Superintendent Hal Harrell said at a special town hall meeting in August that at least 33 DPS officers will be deployed around the district’s eight schools. After initial concerns from residents that officers who failed to stop the killings would be put in charge of school security, parent Brett Cross told CNN that he was assured the deployment had been made. DPS officers would not have responded to the shooting.

In her new position, that restriction does not apply to Elizondo. Children and parents passed her as she headed into the school year at Uvalde Elementary, a new home for younger students who survived Robin’s bloodshed.

Some parents, including those who lost children in the massacre, recognized her from body camera footage released by the mayor, family members told CNN.

“We are disgusted and angered by Uvalde Consolidated Independent School District’s (UCISD) decision to hire Officer Crimson Elizondo. “Her appointment calls into question the credibility and integrity of UCISD’s HR and vetting practices,” the family representatives said in a statement.

It upset them, CNN learned, another reminder of a deadly day in a city full of such reminders.

But they did not know that she was under investigation.

It’s also unclear whether the school district was aware of the investigation when she was hired.

The statement from family representatives called for all department officers to be suspended pending a third-party investigation and the results to be “released” to the public and the victims’ families.

“Our children have been taken from us. We will not stop fighting until we have answers, and the safety of the children in our community is our top priority,” the statement said.

Cross, the legal guardian of Uzziah Garcia, one of the children killed at Robb Elementary, says she is disgusted by what the district did.

“I’m absolutely horrified,” he told CNN’s Anderson Cooper after the school board met with him and offered to pull such officers into off-campus roles. He said the vigil outside the school board offices will continue until all officials are suspended.

The district and its staff did not respond to emails, calls or personal calls from CNN about this story.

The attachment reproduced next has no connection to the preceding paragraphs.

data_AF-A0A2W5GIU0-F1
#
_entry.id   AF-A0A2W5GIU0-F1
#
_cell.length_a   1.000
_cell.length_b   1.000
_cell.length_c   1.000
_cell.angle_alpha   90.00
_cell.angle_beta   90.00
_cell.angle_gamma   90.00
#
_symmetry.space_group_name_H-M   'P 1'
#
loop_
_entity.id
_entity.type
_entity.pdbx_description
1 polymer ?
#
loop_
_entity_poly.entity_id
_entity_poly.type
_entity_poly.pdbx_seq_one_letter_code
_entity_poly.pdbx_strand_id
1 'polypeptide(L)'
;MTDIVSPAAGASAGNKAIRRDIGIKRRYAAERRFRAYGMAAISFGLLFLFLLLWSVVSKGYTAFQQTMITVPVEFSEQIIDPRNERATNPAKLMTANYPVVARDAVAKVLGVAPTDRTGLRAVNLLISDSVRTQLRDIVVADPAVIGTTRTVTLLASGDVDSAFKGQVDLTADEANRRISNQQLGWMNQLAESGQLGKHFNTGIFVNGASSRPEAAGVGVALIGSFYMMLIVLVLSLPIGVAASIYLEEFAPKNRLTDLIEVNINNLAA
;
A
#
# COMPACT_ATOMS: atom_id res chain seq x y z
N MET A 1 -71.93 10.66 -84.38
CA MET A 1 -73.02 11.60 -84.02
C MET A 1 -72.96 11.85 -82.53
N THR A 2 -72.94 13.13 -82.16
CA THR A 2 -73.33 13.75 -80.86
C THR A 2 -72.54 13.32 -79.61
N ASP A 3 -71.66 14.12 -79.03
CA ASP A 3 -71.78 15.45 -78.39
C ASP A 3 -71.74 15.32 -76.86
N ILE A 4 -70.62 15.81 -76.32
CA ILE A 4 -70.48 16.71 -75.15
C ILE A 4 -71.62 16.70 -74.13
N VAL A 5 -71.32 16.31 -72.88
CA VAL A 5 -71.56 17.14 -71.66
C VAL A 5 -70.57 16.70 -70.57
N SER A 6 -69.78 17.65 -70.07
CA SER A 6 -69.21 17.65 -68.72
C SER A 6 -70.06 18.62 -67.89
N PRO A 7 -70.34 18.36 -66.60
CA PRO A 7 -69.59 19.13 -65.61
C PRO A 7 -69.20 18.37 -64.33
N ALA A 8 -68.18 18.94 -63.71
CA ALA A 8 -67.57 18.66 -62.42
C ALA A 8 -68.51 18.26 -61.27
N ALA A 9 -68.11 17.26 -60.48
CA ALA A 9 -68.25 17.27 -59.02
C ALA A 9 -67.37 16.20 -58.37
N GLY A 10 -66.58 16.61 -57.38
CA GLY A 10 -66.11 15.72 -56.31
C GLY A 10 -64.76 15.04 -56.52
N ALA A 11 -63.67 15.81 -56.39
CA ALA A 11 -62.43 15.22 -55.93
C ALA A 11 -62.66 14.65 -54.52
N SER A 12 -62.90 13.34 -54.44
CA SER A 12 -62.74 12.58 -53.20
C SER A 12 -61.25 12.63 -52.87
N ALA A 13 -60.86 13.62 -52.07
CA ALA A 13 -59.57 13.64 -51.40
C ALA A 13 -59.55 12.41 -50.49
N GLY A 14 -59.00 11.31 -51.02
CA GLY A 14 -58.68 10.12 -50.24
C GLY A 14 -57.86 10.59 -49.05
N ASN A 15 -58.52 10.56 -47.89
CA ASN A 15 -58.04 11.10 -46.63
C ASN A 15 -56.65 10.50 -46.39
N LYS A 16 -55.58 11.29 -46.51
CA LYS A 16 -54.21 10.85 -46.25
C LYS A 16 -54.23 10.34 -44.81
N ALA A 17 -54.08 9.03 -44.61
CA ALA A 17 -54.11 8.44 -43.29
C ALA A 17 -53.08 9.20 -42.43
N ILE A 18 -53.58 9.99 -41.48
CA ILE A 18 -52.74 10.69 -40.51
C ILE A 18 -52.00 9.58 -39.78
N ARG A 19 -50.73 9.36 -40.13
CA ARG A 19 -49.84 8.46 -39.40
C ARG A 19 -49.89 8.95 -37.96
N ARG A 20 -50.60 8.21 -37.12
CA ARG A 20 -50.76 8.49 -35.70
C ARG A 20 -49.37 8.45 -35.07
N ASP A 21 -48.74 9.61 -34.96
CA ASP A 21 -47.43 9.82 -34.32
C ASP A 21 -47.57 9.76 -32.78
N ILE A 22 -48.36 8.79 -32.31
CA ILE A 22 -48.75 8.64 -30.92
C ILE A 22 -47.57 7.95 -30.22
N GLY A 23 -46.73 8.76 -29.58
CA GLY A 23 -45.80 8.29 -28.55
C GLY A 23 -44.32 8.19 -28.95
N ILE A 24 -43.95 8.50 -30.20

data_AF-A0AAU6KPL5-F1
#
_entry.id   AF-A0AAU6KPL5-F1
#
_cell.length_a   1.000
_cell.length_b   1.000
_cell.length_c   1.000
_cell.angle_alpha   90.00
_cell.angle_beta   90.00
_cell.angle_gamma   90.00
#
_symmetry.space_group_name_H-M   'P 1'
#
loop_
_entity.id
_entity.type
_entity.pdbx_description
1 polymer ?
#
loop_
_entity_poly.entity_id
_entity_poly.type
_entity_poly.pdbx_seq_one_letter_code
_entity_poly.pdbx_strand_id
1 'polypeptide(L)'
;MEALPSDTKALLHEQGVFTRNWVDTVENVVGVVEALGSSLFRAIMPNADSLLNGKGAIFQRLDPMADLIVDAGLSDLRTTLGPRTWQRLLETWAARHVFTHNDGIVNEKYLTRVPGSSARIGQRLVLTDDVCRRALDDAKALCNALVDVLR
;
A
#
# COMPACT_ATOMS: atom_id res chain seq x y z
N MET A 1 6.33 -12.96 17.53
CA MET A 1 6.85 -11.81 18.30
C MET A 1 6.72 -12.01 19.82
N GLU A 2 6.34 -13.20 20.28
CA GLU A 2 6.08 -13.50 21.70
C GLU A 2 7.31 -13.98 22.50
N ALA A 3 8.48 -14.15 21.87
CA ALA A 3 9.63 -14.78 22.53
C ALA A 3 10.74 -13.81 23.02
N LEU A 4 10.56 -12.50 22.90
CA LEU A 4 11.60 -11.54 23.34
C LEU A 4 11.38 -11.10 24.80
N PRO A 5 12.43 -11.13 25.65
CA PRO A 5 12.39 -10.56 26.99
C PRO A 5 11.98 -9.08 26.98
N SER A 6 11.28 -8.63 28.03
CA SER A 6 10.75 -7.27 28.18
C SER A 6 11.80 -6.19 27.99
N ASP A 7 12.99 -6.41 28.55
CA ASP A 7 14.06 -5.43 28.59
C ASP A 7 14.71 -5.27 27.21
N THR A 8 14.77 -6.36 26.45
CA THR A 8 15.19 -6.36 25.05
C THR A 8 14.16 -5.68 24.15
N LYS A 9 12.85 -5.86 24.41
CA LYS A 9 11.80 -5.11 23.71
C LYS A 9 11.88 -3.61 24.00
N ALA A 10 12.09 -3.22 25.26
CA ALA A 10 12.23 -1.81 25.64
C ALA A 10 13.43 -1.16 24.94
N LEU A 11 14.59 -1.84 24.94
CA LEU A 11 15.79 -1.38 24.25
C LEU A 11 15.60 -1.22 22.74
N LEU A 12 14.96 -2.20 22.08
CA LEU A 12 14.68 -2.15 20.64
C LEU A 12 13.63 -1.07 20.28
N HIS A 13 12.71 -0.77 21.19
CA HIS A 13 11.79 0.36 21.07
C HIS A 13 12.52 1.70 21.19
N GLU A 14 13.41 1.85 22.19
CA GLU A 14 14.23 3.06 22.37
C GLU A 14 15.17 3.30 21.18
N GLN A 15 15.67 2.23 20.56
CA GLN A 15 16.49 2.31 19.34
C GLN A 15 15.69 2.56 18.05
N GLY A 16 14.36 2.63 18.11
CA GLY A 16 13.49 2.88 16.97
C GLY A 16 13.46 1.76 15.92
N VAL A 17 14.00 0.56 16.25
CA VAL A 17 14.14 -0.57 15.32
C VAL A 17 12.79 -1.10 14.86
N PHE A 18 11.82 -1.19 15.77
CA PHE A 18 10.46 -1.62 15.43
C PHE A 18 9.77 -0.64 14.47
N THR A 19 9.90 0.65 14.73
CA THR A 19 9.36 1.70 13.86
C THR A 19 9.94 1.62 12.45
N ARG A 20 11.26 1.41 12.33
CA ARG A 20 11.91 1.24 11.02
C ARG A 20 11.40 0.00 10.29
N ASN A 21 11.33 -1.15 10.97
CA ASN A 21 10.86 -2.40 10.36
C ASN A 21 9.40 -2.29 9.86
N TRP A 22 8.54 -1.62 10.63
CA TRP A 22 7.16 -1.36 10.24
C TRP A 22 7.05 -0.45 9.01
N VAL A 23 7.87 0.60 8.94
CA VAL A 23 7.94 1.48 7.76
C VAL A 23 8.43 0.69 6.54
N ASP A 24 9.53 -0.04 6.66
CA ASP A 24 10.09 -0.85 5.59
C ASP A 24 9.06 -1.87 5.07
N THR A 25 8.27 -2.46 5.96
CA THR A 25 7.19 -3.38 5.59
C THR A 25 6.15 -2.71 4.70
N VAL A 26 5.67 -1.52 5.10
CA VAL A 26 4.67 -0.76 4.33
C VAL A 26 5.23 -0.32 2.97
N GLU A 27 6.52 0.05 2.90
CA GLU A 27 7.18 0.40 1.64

Texas DPS, the state body that assists local law enforcement at major incidents, announced an internal review of employees who responded to the robbery.

Sources familiar with the investigation confirmed to CNN that Elizondo is one of seven officers being investigated by DPS, but their names, actions or inactions have not been made public.

In a redacted internal memo to the organization’s director obtained by CNN, DPS was cited as the reason for referring the officers for investigation.

Sources familiar with the investigation told CNN that Elizondo was not properly equipped and told investigators she did not feel comfortable going inside the school without the gear.

Elizondo was inside the hallway for some time when the attack took place but was not wearing body armor.

Footage from police body cameras and other officers seen by CNN shows Elizondo arriving on the outskirts of the school as one of the first officers to respond to a report of an armed man at Robb Elementary.

She gets out of the official vehicle but does not retrieve the tactical body armor or her long rifle as officers are trained to do.

She doesn’t approach the school, but says over the radio, “Shots fired inside the building!” He stayed outside the fence with officers from other agencies until the call came.